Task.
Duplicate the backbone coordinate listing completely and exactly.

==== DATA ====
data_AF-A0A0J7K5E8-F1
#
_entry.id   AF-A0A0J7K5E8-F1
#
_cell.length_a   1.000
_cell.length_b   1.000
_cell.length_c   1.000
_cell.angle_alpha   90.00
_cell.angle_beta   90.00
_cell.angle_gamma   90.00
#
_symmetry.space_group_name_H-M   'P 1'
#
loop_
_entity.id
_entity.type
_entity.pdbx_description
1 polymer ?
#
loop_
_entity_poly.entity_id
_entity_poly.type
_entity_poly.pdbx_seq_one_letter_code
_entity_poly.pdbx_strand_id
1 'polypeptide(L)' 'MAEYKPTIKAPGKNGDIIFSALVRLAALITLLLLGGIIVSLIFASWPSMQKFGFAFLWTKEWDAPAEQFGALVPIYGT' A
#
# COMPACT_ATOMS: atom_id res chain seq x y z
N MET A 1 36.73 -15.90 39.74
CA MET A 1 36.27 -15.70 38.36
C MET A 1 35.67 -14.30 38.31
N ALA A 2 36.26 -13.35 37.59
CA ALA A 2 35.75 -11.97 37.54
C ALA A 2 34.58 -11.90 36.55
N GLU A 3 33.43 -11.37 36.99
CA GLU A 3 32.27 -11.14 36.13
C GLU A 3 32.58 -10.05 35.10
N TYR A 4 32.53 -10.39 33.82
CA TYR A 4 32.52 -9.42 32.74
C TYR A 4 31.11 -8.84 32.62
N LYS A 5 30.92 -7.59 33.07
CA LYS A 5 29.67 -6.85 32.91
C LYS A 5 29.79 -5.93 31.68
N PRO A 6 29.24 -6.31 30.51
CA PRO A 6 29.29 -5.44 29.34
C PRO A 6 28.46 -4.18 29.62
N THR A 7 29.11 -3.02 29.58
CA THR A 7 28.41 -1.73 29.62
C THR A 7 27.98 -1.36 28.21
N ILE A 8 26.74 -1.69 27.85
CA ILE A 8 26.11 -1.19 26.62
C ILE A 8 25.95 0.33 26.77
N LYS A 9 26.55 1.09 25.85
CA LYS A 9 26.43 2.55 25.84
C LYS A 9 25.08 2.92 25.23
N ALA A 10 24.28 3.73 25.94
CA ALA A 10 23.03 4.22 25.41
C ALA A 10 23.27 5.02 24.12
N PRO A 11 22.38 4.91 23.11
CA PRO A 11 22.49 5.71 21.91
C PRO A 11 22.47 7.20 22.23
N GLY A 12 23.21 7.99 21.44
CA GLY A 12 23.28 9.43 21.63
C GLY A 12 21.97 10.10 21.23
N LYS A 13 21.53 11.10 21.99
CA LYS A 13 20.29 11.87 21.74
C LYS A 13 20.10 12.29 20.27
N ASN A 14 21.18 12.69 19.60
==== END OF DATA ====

data_AF-A0A0J7K5E8-F1
#
_entry.id   AF-A0A0J7K5E8-F1
#
_cell.length_a   1.000
_cell.length_b   1.000
_cell.length_c   1.000
_cell.angle_alpha   90.00
_cell.angle_beta   90.00
_cell.angle_gamma   90.00
#
_symmetry.space_group_name_H-M   'P 1'
#
loop_
_entity.id
_entity.type
_entity.pdbx_description
1 polymer ?
#
loop_
_entity_poly.entity_id
_entity_poly.type
_entity_poly.pdbx_seq_one_letter_code
_entity_poly.pdbx_strand_id
1 'polypeptide(L)' 'MAEYKPTIKAPGKNGDIIFSALVRLAALITLLLLGGIIVSLIFASWPSMQKFGFAFLWTKEWDAPAEQFGALVPIYGT' A
#
# COMPACT_ATOMS: atom_id res chain seq x y z
N MET A 1 36.73 -15.90 39.74
CA MET A 1 36.27 -15.70 38.36
C MET A 1 35.67 -14.30 38.31
N ALA A 2 36.26 -13.35 37.59
CA ALA A 2 35.75 -11.97 37.54
C ALA A 2 34.58 -11.90 36.55
N GLU A 3 33.43 -11.37 36.99
CA GLU A 3 32.27 -11.14 36.13
C GLU A 3 32.58 -10.05 35.10
N TYR A 4 32.53 -10.39 33.82
CA TYR A 4 32.52 -9.42 32.74
C TYR A 4 31.11 -8.84 32.62
N LYS A 5 30.92 -7.59 33.07
CA LYS A 5 29.67 -6.85 32.91
C LYS A 5 29.79 -5.93 31.68
N PRO A 6 29.24 -6.31 30.51
CA PRO A 6 29.29 -5.44 29.34
C PRO A 6 28.46 -4.18 29.62
N THR A 7 29.11 -3.02 29.58
CA THR A 7 28.41 -1.73 29.62
C THR A 7 27.98 -1.36 28.21
N ILE A 8 26.74 -1.69 27.85
CA ILE A 8 26.11 -1.19 26.62
C ILE A 8 25.95 0.33 26.77
N LYS A 9 26.55 1.09 25.85
CA LYS A 9 26.43 2.55 25.84
C LYS A 9 25.08 2.92 25.23
N ALA A 10 24.28 3.73 25.94
CA ALA A 10 23.03 4.22 25.41
C ALA A 10 23.27 5.02 24.12
N PRO A 11 22.38 4.91 23.11
CA PRO A 11 22.49 5.71 21.91
C PRO A 11 22.47 7.20 22.23
N GLY A 12 23.21 7.99 21.44
CA GLY A 12 23.28 9.43 21.63
C GLY A 12 21.97 10.10 21.23
N LYS A 13 21.53 11.10 21.99
CA LYS A 13 20.29 11.87 21.74
C LYS A 13 20.10 12.29 20.27
N ASN A 14 21.18 12.69 19.60